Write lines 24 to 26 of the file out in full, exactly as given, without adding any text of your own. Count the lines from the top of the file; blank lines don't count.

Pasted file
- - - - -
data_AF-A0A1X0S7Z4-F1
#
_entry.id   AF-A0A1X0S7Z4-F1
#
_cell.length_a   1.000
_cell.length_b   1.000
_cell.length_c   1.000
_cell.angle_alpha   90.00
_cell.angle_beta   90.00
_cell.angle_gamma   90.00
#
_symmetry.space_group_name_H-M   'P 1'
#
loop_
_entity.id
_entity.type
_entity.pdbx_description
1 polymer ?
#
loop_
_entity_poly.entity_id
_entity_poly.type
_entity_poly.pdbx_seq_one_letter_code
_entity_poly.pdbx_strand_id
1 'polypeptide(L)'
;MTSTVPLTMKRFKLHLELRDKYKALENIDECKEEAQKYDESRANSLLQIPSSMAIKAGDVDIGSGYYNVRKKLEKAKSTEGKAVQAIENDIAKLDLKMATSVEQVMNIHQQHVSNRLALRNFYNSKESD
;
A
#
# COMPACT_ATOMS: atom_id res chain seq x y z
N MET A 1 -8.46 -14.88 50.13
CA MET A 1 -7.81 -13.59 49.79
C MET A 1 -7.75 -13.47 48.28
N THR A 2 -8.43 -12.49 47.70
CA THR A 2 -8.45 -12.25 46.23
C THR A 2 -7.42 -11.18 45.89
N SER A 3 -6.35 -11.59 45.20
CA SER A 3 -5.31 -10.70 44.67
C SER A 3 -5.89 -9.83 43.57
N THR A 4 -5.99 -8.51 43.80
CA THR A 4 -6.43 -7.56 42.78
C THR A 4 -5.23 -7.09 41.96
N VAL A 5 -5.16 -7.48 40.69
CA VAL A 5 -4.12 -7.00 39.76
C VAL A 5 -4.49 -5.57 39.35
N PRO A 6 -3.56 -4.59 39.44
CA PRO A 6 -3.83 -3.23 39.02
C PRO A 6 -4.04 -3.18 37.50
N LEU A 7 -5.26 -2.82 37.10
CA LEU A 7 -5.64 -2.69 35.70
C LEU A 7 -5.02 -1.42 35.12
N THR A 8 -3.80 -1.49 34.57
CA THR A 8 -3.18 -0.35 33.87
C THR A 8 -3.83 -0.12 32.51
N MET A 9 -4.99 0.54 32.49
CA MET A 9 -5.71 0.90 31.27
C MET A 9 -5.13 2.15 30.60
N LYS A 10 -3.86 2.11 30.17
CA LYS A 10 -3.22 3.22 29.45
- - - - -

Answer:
_entity_poly.pdbx_strand_id
1 'polypeptide(L)'
;MTSTVPLTMKRFKLHLELRDKYKALENIDECKEEAQKYDESRANSLLQIPSSMAIKAGDVDIGSGYYNVRKKLEKAKSTEGKAVQAIENDIAKLDLKMATSVEQVMNIHQQHVSNRLALRNFYNSKESD